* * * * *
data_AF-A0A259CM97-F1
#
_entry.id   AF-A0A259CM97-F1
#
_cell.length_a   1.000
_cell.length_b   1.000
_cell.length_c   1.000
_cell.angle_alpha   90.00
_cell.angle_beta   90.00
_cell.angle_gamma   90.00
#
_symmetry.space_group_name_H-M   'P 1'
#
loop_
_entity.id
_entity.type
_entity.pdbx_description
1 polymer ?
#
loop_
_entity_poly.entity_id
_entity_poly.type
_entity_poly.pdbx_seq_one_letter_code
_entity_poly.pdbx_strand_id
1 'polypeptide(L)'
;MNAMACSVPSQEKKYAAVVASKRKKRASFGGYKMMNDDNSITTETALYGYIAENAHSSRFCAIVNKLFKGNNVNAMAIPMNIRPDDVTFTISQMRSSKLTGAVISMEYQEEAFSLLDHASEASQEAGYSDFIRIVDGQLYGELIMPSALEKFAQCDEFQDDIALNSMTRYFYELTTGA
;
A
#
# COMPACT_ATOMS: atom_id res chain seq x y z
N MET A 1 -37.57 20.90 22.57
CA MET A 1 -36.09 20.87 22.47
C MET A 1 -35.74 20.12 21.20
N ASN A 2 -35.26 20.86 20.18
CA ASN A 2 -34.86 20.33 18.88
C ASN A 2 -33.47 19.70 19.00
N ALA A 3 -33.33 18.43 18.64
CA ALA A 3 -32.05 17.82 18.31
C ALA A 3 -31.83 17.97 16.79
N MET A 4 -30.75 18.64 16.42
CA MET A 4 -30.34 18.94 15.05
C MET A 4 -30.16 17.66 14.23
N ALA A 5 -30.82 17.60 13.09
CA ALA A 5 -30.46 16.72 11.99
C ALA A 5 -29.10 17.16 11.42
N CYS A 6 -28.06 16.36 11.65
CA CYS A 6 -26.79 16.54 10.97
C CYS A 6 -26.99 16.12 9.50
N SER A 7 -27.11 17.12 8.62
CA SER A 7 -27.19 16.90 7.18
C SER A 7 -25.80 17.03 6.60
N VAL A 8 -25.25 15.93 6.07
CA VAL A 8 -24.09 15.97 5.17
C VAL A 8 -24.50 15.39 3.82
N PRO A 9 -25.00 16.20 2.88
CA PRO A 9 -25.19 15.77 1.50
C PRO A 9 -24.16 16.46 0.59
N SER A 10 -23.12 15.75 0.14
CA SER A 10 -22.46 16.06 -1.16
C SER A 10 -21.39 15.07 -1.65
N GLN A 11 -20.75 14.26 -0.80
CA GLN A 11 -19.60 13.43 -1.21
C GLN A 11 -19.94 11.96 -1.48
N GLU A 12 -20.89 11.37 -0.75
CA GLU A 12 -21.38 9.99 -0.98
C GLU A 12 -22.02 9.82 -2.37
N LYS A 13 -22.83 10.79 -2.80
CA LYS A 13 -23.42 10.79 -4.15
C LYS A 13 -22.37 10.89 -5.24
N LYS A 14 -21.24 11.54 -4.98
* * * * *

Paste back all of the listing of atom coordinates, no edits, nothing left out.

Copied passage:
data_AF-A0A259CM97-F1
#
_entry.id   AF-A0A259CM97-F1
#
_cell.length_a   1.000
_cell.length_b   1.000
_cell.length_c   1.000
_cell.angle_alpha   90.00
_cell.angle_beta   90.00
_cell.angle_gamma   90.00
#
_symmetry.space_group_name_H-M   'P 1'
#
loop_
_entity.id
_entity.type
_entity.pdbx_description
1 polymer ?
#
loop_
_entity_poly.entity_id
_entity_poly.type
_entity_poly.pdbx_seq_one_letter_code
_entity_poly.pdbx_strand_id
1 'polypeptide(L)'
;MNAMACSVPSQEKKYAAVVASKRKKRASFGGYKMMNDDNSITTETALYGYIAENAHSSRFCAIVNKLFKGNNVNAMAIPMNIRPDDVTFTISQMRSSKLTGAVISMEYQEEAFSLLDHASEASQEAGYSDFIRIVDGQLYGELIMPSALEKFAQCDEFQDDIALNSMTRYFYELTTGA
;
A
#
# COMPACT_ATOMS: atom_id res chain seq x y z
N MET A 1 -37.57 20.90 22.57
CA MET A 1 -36.09 20.87 22.47
C MET A 1 -35.74 20.12 21.20
N ASN A 2 -35.26 20.86 20.18
CA ASN A 2 -34.86 20.33 18.88
C ASN A 2 -33.47 19.70 19.00
N ALA A 3 -33.33 18.43 18.64
CA ALA A 3 -32.05 17.82 18.31
C ALA A 3 -31.83 17.97 16.79
N MET A 4 -30.75 18.64 16.42
CA MET A 4 -30.34 18.94 15.05
C MET A 4 -30.16 17.66 14.23
N ALA A 5 -30.82 17.60 13.09
CA ALA A 5 -30.46 16.72 11.99
C ALA A 5 -29.10 17.16 11.42
N CYS A 6 -28.06 16.36 11.65
CA CYS A 6 -26.79 16.54 10.97
C CYS A 6 -26.99 16.12 9.50
N SER A 7 -27.11 17.12 8.62
CA SER A 7 -27.19 16.90 7.18
C SER A 7 -25.80 17.03 6.60
N VAL A 8 -25.25 15.93 6.07
CA VAL A 8 -24.09 15.97 5.17
C VAL A 8 -24.50 15.39 3.82
N PRO A 9 -25.00 16.20 2.88
CA PRO A 9 -25.19 15.77 1.50
C PRO A 9 -24.16 16.46 0.59
N SER A 10 -23.12 15.75 0.14
CA SER A 10 -22.46 16.06 -1.16
C SER A 10 -21.39 15.07 -1.65
N GLN A 11 -20.75 14.26 -0.80
CA GLN A 11 -19.60 13.43 -1.21
C GLN A 11 -19.94 11.96 -1.48
N GLU A 12 -20.89 11.37 -0.75
CA GLU A 12 -21.38 9.99 -0.98
C GLU A 12 -22.02 9.82 -2.37
N LYS A 13 -22.83 10.79 -2.80
CA LYS A 13 -23.42 10.79 -4.15
C LYS A 13 -22.37 10.89 -5.24
N LYS A 14 -21.24 11.54 -4.98